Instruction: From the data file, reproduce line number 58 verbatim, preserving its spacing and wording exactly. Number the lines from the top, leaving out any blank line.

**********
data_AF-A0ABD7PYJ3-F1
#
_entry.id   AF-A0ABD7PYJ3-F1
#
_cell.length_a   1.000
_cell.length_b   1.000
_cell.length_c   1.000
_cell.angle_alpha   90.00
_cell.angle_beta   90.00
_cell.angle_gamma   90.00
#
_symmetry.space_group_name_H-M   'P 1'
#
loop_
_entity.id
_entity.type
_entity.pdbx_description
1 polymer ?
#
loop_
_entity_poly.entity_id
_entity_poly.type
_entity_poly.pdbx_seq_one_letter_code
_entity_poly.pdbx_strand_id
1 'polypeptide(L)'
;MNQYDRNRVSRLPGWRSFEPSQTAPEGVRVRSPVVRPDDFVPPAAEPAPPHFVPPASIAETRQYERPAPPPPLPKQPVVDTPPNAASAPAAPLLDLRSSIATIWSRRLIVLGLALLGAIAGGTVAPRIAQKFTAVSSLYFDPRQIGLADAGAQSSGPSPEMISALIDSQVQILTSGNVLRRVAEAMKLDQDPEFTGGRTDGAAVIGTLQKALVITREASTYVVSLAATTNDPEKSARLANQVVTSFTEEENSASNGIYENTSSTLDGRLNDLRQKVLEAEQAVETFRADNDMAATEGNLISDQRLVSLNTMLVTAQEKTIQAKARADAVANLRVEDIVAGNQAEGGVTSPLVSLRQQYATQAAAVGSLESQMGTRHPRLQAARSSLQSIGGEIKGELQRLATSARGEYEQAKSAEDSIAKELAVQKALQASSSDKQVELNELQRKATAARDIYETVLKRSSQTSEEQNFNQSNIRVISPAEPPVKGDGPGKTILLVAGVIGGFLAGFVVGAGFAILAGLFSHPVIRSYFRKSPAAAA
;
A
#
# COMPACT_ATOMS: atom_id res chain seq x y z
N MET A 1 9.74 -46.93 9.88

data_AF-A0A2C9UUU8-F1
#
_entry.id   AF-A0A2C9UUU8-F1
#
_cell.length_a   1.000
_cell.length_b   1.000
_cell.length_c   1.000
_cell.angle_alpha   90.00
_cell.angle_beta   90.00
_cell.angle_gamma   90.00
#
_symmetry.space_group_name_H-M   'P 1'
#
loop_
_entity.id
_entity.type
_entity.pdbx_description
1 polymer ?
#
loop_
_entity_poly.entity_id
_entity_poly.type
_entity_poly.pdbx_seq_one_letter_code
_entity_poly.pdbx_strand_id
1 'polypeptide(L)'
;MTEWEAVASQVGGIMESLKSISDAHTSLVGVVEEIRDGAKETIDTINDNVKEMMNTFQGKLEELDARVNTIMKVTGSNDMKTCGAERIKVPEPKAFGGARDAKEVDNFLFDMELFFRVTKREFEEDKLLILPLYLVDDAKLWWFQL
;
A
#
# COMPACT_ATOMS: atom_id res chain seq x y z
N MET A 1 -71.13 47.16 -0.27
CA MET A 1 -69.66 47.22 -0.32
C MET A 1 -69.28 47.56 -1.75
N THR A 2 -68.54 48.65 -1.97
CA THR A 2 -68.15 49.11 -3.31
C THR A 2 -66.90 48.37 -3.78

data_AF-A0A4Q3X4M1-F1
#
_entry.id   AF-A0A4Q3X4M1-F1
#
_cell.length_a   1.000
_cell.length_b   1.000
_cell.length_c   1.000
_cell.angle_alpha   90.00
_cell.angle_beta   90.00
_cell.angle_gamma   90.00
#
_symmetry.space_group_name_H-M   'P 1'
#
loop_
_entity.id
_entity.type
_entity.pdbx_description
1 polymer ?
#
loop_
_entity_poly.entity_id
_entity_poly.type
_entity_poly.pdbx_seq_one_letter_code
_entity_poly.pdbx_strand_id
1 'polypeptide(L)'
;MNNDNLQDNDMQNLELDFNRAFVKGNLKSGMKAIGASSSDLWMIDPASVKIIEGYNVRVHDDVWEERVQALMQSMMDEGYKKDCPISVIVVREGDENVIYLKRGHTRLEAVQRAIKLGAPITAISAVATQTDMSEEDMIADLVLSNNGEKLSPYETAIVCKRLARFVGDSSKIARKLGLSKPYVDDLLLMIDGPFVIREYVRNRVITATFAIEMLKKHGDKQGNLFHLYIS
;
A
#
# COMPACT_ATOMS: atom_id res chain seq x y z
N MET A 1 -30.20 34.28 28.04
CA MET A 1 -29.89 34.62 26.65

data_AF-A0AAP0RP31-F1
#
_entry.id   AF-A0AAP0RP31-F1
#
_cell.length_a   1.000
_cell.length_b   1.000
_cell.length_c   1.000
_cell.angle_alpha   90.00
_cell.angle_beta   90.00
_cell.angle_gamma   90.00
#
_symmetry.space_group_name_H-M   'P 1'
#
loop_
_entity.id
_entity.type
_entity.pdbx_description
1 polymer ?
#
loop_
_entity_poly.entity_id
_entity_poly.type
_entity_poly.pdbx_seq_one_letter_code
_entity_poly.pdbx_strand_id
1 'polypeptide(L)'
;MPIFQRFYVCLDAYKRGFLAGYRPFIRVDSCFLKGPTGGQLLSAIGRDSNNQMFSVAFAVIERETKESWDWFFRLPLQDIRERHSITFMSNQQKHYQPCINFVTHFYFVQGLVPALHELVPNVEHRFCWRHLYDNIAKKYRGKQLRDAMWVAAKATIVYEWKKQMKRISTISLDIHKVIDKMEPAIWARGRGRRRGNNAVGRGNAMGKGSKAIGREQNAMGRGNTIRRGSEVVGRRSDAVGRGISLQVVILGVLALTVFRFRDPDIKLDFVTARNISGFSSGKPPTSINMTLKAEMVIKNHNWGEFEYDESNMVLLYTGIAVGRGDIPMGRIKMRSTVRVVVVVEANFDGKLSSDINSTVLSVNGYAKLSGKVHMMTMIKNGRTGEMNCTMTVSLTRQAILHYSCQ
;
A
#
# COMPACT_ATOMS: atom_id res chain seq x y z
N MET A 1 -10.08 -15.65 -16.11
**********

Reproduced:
;